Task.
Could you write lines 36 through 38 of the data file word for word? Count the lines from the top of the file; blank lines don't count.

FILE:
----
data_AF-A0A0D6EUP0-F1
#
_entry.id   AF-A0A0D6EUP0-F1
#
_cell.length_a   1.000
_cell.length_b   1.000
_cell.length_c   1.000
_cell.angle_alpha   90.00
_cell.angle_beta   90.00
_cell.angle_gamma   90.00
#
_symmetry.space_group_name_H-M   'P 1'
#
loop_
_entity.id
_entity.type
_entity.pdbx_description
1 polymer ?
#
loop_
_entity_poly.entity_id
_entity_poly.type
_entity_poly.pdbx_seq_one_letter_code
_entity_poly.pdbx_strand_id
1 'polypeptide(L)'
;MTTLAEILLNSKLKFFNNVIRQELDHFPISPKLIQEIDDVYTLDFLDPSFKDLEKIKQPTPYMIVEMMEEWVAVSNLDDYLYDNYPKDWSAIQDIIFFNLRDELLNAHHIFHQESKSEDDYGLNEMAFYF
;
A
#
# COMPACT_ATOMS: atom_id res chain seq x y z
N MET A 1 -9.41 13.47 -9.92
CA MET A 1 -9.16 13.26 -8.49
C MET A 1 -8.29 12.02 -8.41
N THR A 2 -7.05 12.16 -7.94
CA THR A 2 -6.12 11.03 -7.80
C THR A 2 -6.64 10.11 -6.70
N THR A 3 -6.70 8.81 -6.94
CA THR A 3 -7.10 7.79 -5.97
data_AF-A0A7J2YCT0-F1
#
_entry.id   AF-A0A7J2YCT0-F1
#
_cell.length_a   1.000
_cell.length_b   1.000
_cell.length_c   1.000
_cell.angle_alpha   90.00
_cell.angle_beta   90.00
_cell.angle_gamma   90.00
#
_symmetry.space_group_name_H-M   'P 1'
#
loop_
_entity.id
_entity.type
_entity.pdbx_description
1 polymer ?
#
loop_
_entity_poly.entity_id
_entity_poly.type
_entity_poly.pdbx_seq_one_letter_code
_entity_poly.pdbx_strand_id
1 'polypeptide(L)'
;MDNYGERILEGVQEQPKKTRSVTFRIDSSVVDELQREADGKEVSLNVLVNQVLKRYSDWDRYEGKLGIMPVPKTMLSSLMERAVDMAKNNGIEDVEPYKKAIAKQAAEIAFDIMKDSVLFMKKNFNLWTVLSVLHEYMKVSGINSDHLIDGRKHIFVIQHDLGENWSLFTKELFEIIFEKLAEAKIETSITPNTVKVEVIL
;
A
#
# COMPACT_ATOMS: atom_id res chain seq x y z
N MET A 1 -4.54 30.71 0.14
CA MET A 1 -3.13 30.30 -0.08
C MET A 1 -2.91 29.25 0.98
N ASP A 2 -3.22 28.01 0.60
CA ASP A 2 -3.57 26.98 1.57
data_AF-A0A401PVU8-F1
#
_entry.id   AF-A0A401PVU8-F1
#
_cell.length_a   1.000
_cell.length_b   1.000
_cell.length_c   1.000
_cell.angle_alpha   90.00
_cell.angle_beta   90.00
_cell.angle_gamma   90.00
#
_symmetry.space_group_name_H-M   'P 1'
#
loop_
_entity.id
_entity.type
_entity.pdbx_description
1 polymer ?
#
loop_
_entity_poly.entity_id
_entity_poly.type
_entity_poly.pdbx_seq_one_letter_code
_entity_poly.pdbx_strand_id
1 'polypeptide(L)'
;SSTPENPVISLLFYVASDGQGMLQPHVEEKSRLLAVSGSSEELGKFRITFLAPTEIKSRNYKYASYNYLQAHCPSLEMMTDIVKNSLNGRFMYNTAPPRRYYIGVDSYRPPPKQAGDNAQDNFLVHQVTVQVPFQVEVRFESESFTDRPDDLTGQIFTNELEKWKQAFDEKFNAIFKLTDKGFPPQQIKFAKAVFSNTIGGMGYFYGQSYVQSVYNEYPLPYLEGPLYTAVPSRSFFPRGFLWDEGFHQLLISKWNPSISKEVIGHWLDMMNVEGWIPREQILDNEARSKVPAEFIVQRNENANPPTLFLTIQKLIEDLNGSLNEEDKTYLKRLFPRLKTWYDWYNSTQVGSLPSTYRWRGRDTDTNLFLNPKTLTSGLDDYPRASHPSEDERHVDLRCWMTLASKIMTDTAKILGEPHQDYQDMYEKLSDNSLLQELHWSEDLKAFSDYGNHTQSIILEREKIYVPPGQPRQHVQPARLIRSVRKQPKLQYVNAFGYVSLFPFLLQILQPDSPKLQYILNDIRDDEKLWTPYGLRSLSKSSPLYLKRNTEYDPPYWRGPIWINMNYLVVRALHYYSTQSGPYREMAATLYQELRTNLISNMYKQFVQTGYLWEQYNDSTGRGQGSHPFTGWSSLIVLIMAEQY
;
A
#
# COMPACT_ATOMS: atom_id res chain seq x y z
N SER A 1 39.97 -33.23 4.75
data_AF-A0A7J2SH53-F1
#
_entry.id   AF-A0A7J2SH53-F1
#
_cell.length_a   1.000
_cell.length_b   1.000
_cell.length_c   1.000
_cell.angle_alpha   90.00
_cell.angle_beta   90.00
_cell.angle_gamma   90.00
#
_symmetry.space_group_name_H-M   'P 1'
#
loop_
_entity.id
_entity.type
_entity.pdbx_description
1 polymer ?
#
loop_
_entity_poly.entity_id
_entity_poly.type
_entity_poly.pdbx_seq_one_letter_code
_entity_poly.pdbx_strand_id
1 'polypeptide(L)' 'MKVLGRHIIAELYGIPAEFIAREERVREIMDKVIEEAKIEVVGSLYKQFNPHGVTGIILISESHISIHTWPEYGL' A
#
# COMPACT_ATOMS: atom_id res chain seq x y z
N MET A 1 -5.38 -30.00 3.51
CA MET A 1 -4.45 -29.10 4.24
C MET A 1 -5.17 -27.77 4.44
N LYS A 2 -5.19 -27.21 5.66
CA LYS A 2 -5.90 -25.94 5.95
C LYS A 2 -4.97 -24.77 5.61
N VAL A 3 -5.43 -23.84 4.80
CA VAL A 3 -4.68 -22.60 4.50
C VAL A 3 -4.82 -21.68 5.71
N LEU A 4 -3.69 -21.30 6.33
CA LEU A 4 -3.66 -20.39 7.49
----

C THR A 2 -6.64 10.11 -6.70
N THR A 3 -6.70 8.81 -6.94
CA THR A 3 -7.10 7.79 -5.97